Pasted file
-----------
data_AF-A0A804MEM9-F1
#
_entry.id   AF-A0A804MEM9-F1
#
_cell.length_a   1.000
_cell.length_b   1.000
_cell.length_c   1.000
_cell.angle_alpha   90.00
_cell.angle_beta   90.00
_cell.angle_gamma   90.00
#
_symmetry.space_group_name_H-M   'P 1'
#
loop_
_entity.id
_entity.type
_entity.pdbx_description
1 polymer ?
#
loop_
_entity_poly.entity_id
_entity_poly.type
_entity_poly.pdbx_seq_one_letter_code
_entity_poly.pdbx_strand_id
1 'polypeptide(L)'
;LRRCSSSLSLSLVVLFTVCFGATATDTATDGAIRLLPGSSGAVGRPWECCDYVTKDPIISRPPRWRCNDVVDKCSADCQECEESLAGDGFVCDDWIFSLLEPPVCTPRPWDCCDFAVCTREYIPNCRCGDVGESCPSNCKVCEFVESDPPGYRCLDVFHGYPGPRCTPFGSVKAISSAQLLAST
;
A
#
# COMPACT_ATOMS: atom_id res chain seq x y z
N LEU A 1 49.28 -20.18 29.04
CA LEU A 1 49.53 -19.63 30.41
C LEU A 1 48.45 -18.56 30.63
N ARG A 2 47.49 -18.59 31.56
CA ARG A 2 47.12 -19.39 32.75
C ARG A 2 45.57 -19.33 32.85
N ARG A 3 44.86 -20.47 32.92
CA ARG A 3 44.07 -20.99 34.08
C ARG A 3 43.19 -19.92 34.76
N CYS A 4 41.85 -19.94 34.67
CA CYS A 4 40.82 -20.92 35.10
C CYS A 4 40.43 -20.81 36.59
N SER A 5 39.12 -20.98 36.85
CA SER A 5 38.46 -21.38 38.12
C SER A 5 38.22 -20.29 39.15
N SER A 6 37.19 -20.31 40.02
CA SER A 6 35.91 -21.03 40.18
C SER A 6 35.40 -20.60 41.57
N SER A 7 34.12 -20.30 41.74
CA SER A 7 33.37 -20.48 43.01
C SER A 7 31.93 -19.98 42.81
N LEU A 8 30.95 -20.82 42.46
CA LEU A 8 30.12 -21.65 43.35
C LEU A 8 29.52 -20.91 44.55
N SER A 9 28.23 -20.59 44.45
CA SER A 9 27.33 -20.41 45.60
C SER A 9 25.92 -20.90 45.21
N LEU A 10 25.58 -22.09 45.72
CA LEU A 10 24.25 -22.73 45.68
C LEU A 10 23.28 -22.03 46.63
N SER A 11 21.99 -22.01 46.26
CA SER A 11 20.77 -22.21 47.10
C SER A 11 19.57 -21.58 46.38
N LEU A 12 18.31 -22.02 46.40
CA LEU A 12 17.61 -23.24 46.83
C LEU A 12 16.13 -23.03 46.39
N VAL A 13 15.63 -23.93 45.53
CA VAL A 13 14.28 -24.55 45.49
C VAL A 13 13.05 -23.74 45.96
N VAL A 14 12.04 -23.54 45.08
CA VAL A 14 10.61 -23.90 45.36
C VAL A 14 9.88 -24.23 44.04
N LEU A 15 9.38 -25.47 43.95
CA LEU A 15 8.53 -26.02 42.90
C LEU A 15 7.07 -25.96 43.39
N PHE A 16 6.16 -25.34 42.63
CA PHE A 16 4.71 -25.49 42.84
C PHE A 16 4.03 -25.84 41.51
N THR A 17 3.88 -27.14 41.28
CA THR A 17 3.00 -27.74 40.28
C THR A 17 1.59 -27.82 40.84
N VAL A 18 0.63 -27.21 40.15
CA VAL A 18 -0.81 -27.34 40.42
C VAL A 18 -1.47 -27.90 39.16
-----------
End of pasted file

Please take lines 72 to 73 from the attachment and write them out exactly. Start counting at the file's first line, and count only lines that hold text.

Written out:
C VAL A 14 9.88 -24.23 44.04
N LEU A 15 9.38 -25.47 43.95